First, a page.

The heat from the layers of hot and molten rock underneath the ground can be harnessed by geothermal power plants. This thermal energy boils water pipes that run deep underground, which produces steam. The steam runs up toward the surface through narrow pipes at superfast speeds which turn turbines. The turbines produce electricity. Another method is to tap hot springs that exist on the planet's surface.
Moving water spins turbines that produce electricity. The amount of electricity that can be generated as a function of time is dependent solely on the speed of the water. Some hydroelectric power plants use gravity as a way to increase the force of the water. Others only use the natural flow of a river as the force. The environmental impacts of hydropower can be grievous. Fish and other natural oceanlife is impeded from natural movement. When a dam blocks a river, a river habitat is replaced by a lake habitat. This sudden shift in the environment can create drastic changes in the biology of the area.
The environmental impacts of a large hydroelectric power plant can be immense. But while hydropower has its problems, it is still a safe, sustainable, and often renewable source of energy. Some scientists view hydroelectric power plants as a lesser evil to coal or nuclear.
Natural Gas Edit
Like oil, natural gas is a product of decomposed organic material. Gas is often found mixed in with oil, or floating on top of underground reservoirs of oil. Natural gas is, surprisingly, a natural form of gas. It occurs naturally underground and is piped out, often in conjunction with oil. Natural gas may be used as a light source by controlled burning, but it is often found in conjunction with other methods to generate electricity. In a combined cycle turbine, for example, hot natural gas is streamed to drive one turbine, then used to boil water that drives a second turbine. Combined gas turbines can be over 75% efficient at converting gas into electricity, compared to about 50% for steam turbines.
Although natural gas is a fossil fuel and so mostly made of carbon, it produces significantly less carbon emissions than coal or oil.
Nuclear Fission Editatoms, splitting them (a process called fission). The split releases neutrons from the uranium that in turn collide with other atoms, causing a chain reaction, which can be controlled. This release of neutrons produce thermal energy that can be channeled into steam and then electricity. Although uranium is a simple atom, a standard reaction can be over four hundred times as powerful as coal burning.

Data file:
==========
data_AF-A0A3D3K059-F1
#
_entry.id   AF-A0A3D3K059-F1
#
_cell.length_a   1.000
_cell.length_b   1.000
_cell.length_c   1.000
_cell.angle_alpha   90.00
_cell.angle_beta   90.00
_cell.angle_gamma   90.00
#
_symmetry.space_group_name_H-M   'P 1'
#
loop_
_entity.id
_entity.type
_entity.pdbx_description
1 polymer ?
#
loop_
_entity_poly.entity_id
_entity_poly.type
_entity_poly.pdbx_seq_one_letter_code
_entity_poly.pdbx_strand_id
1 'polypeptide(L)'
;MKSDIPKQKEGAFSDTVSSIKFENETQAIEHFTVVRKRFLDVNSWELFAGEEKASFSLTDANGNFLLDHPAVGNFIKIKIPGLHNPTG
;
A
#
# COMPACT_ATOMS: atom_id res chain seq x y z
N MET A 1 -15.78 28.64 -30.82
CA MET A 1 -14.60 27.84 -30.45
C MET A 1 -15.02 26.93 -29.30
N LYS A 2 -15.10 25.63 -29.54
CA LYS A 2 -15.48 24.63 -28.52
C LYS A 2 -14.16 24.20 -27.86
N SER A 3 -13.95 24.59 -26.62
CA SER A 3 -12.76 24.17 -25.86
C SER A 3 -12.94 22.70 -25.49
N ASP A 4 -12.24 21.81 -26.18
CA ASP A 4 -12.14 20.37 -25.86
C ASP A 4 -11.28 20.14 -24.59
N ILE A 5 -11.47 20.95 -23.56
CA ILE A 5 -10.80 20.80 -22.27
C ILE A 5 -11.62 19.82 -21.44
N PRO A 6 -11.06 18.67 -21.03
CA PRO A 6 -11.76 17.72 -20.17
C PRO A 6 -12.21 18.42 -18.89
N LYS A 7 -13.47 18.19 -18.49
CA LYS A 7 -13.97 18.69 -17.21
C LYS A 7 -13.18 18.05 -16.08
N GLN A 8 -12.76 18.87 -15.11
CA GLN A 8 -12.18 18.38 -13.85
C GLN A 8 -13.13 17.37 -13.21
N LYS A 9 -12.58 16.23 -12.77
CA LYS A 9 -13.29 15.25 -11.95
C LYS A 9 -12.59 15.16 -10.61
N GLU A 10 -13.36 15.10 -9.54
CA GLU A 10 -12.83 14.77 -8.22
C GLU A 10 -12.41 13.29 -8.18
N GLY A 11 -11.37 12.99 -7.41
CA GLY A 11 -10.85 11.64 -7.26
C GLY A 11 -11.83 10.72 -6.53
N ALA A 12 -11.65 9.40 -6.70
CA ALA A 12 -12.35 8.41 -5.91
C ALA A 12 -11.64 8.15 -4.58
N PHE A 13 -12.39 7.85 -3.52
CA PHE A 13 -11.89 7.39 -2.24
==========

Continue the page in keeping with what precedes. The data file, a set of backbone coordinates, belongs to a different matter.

The nature of uranium is there is a small amount of binding force, making fission easy. This weak intramolecular force contributes to why uranium is radioactive--that is, it slowly decays over the course of several decades, eventually ending up as lead. Uranium cannot be reused, and the created nuclear waste cannot be readily disposed. Because of technological advances in other fields, nuclear power plants are a rarety; geothermal and solar are the two main methods of energy production.
Nuclear Fusion Edit
The field changed with the discovery of polydenum. Harnessing the latent nuclear reactivity of polydenum, the new breed of fusion reactors use temperature instead of speed as a catalyst to allow nuclear fusion to occur. Fusion is cleaner than fission. When compared to cheaper and more reliable energy methods, fusion reactors only make sense for starship-based power plants.
Fusion reactors using both hydrogen isotopes and polydenum as their reactants (fusing of both together with temperature being maintained by the latter) are the norm for starships.
A versatile substance. Oil is formed in a fashion similar to coal. Dead plants and animals are trapped underneath miles of rock, where anaerobic bacteria breaks them down into basic hydrocarbons. Onced formed, oil is held in permeable rock deep underground. This crude oil can be siphoned up through various methods and refined into different types, from antiquated gasoline to heating oil--it can then be translated into electricity by generators and motors. Substances derived from crude oil are called petroleum products.